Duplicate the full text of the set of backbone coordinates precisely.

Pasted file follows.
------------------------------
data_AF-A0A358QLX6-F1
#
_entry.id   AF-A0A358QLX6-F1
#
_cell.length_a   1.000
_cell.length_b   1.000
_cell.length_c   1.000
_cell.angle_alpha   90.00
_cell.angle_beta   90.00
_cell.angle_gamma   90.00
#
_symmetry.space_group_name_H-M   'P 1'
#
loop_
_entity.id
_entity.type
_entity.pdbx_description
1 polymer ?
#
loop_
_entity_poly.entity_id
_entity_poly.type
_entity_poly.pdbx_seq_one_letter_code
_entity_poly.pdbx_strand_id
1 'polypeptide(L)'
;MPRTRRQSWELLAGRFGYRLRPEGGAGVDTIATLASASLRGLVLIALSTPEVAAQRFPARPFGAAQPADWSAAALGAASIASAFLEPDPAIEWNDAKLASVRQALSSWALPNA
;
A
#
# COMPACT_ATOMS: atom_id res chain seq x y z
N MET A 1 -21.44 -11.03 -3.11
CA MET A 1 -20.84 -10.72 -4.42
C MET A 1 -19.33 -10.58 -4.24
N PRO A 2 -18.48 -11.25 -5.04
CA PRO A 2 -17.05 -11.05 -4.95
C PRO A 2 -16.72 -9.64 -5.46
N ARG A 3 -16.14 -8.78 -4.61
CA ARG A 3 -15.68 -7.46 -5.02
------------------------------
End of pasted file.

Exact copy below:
data_AF-A0A358QLX6-F1
#
_entry.id   AF-A0A358QLX6-F1
#
_cell.length_a   1.000
_cell.length_b   1.000
_cell.length_c   1.000
_cell.angle_alpha   90.00
_cell.angle_beta   90.00
_cell.angle_gamma   90.00
#
_symmetry.space_group_name_H-M   'P 1'
#
loop_
_entity.id
_entity.type
_entity.pdbx_description
1 polymer ?
#
loop_
_entity_poly.entity_id
_entity_poly.type
_entity_poly.pdbx_seq_one_letter_code
_entity_poly.pdbx_strand_id
1 'polypeptide(L)'
;MPRTRRQSWELLAGRFGYRLRPEGGAGVDTIATLASASLRGLVLIALSTPEVAAQRFPARPFGAAQPADWSAAALGAASIASAFLEPDPAIEWNDAKLASVRQALSSWALPNA
;
A
#
# COMPACT_ATOMS: atom_id res chain seq x y z
N MET A 1 -21.44 -11.03 -3.11
CA MET A 1 -20.84 -10.72 -4.42
C MET A 1 -19.33 -10.58 -4.24
N PRO A 2 -18.48 -11.25 -5.04
CA PRO A 2 -17.05 -11.05 -4.95
C PRO A 2 -16.72 -9.64 -5.46
N ARG A 3 -16.14 -8.78 -4.61
CA ARG A 3 -15.68 -7.46 -5.02